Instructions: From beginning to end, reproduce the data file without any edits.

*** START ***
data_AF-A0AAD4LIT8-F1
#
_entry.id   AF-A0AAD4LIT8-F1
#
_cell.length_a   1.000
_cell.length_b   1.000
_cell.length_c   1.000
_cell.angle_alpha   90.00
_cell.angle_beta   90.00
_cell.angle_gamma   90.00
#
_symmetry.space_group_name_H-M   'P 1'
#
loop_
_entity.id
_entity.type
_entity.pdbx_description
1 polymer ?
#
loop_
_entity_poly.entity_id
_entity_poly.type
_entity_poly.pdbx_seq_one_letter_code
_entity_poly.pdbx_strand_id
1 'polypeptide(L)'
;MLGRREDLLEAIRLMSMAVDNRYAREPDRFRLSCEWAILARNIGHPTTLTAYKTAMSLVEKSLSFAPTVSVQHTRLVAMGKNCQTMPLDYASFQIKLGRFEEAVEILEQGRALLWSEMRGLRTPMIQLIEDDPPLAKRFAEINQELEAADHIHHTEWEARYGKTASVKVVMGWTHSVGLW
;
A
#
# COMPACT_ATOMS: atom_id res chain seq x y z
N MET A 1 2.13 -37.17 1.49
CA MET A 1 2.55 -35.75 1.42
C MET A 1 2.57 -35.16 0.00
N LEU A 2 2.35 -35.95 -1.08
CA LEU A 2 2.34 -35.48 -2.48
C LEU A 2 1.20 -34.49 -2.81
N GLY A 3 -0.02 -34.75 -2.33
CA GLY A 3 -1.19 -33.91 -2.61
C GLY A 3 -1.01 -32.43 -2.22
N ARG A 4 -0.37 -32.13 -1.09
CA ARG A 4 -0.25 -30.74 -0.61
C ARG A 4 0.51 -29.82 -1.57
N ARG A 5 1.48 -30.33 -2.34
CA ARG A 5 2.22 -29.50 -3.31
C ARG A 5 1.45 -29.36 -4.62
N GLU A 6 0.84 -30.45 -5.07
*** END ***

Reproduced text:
data_AF-A0AAD4LIT8-F1
#
_entry.id   AF-A0AAD4LIT8-F1
#
_cell.length_a   1.000
_cell.length_b   1.000
_cell.length_c   1.000
_cell.angle_alpha   90.00
_cell.angle_beta   90.00
_cell.angle_gamma   90.00
#
_symmetry.space_group_name_H-M   'P 1'
#
loop_
_entity.id
_entity.type
_entity.pdbx_description
1 polymer ?
#
loop_
_entity_poly.entity_id
_entity_poly.type
_entity_poly.pdbx_seq_one_letter_code
_entity_poly.pdbx_strand_id
1 'polypeptide(L)'
;MLGRREDLLEAIRLMSMAVDNRYAREPDRFRLSCEWAILARNIGHPTTLTAYKTAMSLVEKSLSFAPTVSVQHTRLVAMGKNCQTMPLDYASFQIKLGRFEEAVEILEQGRALLWSEMRGLRTPMIQLIEDDPPLAKRFAEINQELEAADHIHHTEWEARYGKTASVKVVMGWTHSVGLW
;
A
#
# COMPACT_ATOMS: atom_id res chain seq x y z
N MET A 1 2.13 -37.17 1.49
CA MET A 1 2.55 -35.75 1.42
C MET A 1 2.57 -35.16 0.00
N LEU A 2 2.35 -35.95 -1.08
CA LEU A 2 2.34 -35.48 -2.48
C LEU A 2 1.20 -34.49 -2.81
N GLY A 3 -0.02 -34.75 -2.33
CA GLY A 3 -1.19 -33.91 -2.61
C GLY A 3 -1.01 -32.43 -2.22
N ARG A 4 -0.37 -32.13 -1.09
CA ARG A 4 -0.25 -30.74 -0.61
C ARG A 4 0.51 -29.82 -1.57
N ARG A 5 1.48 -30.33 -2.34
CA ARG A 5 2.22 -29.50 -3.31
C ARG A 5 1.45 -29.36 -4.62
N GLU A 6 0.84 -30.45 -5.07